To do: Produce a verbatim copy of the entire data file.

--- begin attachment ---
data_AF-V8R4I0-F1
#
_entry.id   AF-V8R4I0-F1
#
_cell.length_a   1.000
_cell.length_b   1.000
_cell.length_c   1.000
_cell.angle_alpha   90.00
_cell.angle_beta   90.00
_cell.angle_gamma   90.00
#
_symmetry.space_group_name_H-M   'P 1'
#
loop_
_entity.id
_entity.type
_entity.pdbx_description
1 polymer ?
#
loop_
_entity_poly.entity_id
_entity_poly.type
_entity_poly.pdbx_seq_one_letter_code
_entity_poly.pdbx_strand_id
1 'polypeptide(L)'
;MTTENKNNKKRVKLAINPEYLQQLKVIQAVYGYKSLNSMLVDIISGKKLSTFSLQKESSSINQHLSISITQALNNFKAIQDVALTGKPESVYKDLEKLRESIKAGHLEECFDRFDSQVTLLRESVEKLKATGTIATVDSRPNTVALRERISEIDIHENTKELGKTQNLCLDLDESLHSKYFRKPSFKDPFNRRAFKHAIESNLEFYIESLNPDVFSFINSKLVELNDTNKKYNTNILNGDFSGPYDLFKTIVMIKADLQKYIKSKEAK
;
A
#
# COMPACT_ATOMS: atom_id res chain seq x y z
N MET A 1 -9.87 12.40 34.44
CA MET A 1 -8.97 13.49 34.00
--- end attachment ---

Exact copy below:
data_AF-V8R4I0-F1
#
_entry.id   AF-V8R4I0-F1
#
_cell.length_a   1.000
_cell.length_b   1.000
_cell.length_c   1.000
_cell.angle_alpha   90.00
_cell.angle_beta   90.00
_cell.angle_gamma   90.00
#
_symmetry.space_group_name_H-M   'P 1'
#
loop_
_entity.id
_entity.type
_entity.pdbx_description
1 polymer ?
#
loop_
_entity_poly.entity_id
_entity_poly.type
_entity_poly.pdbx_seq_one_letter_code
_entity_poly.pdbx_strand_id
1 'polypeptide(L)'
;MTTENKNNKKRVKLAINPEYLQQLKVIQAVYGYKSLNSMLVDIISGKKLSTFSLQKESSSINQHLSISITQALNNFKAIQDVALTGKPESVYKDLEKLRESIKAGHLEECFDRFDSQVTLLRESVEKLKATGTIATVDSRPNTVALRERISEIDIHENTKELGKTQNLCLDLDESLHSKYFRKPSFKDPFNRRAFKHAIESNLEFYIESLNPDVFSFINSKLVELNDTNKKYNTNILNGDFSGPYDLFKTIVMIKADLQKYIKSKEAK
;
A
#
# COMPACT_ATOMS: atom_id res chain seq x y z
N MET A 1 -9.87 12.40 34.44
CA MET A 1 -8.97 13.49 34.00